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THE PEP COLUMN: A national mission for Barbados

BEA DOTTIN, [email protected]

THE PEP COLUMN: A national mission for Barbados

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What is the national mission of Barbados? What is the great central objective that we are all striving towards as a nation?
In this era of food scarcity, spiralling food prices and rampant international food insecurity, wouldn’t it make sense to establish the goal of cutting Barbados’ massive food import bill as a “national mission” upon which we will focus a substantial portion of our time, creativity, energy and resources?
Were it up to the Peoples Empowerment Party (PEP), we would set a national goal to cut Barbados’ massive food import bill by 50 per cent over the next seven years and mobilize the Barbadian people to achieve this objective.
Of course, this would require a national commitment to agriculture, inclusive of a commitment not to engage in any further destruction of good arable farm land in Barbados. In addition, all currently unused arable land would have to be put back into production.
We would also establish a governmental “parity pricing” system to ensure that local farmers are guaranteed prices for their products that cover the cost of inputs plus a reasonable return on their investment.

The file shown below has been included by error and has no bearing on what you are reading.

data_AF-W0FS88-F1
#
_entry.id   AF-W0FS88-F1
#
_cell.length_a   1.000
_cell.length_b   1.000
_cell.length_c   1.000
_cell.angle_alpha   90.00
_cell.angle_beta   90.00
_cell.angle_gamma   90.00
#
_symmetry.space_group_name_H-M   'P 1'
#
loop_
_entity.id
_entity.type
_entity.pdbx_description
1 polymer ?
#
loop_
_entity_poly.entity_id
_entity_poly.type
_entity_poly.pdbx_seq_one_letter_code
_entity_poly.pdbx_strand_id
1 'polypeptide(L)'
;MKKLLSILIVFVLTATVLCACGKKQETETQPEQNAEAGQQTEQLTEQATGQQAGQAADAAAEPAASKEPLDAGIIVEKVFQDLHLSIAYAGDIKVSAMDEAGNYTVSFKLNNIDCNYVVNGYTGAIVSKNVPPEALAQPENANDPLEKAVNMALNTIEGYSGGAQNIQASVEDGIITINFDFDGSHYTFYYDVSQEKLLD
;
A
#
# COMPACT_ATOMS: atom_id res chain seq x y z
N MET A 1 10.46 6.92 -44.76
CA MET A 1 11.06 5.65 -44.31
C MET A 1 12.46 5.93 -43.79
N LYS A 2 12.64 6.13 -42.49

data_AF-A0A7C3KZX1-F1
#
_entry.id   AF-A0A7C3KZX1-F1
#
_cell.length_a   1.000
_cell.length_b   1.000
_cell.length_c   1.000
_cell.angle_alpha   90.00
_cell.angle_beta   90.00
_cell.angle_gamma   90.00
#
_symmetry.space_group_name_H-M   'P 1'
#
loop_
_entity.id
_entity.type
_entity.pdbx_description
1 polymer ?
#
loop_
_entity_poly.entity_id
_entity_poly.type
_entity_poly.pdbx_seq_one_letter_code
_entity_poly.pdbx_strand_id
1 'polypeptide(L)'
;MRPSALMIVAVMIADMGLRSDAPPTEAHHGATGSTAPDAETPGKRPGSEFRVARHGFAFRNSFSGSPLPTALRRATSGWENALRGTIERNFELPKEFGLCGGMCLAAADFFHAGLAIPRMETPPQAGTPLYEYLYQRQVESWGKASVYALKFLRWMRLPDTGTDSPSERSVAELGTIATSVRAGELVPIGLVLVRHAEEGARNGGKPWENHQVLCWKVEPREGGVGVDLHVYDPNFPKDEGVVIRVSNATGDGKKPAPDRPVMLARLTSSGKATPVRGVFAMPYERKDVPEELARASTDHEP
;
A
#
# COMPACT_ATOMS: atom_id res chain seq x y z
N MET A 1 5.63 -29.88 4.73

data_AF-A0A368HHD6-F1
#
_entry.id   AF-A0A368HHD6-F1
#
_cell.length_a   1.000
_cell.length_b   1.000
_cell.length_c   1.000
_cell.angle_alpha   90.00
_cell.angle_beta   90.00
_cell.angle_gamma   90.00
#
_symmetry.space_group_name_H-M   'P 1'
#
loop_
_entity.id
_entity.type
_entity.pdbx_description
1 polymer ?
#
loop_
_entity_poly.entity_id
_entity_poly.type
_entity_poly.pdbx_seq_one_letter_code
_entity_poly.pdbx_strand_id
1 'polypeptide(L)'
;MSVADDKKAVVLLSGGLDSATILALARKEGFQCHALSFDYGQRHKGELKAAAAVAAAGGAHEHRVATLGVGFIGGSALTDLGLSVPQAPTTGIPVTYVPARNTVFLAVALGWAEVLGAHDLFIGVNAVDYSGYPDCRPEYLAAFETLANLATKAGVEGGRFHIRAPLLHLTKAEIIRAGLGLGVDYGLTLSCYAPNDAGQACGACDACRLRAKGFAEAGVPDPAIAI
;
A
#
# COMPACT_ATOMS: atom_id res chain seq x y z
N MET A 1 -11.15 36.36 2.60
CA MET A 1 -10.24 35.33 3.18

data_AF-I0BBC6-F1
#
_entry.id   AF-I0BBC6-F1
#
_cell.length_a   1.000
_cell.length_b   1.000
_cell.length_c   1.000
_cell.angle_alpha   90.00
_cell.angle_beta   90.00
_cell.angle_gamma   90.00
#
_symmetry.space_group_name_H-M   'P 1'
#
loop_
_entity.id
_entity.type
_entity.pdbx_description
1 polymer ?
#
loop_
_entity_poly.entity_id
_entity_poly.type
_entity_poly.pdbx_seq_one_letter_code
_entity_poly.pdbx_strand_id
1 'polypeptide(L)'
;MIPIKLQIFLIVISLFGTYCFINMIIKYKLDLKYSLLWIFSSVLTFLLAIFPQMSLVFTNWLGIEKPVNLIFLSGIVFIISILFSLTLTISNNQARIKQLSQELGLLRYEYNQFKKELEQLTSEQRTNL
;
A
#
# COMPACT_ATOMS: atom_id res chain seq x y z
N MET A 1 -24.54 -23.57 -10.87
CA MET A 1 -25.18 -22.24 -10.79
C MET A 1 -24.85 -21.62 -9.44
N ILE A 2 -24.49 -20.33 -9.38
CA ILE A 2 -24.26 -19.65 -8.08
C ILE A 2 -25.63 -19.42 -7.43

And we would seek to give Barbadian farmers a boost by establishing a policy of using local produce in the school meals programme for both primary and secondary schools. Furthermore, we would deploy a range of “carrot and stick” measures to guide the hotels in Barbados towards local foods.
Although we would be focusing on developing food crops, we would not neglect Barbados’ traditional strength in sugar production. Under the PetroCaribe Energy Cooperation Agreement, the government of Venezuela had offered to barter Barbadian sugar for precious Venezuelan oil at preferential sugar prices. If the PEP had its way, Barbados would have signed up to this revolutionary developmental programme years ago!
At the centre of the future development of commercial agriculture in Barbados must be new initiatives in agro-industry or agro-processing. The PEP would therefore commit to making a substantial investment in a comprehensive national agro-processing facility that would cater to processing ground provisions, fruit, vegetable and local fish.
We can think of no better investment for $80 million to $100 million of the capital budget of Barbados.
Our party also envisages pursuing new ventures in commercial agriculture on the basis of a system of intensive, science-driven farms supported by research work done at the University of the West Indies. We would also put new mechanisms in place to ensure that lower food prices are delivered to the masses of Barbadian people. These would include low-cost food and nutrition centres operated by our proposed local Government system and the development of new trading relationships with low-cost Latin American countries.
• The PEP column represents the views of the People’s Empowerment Party.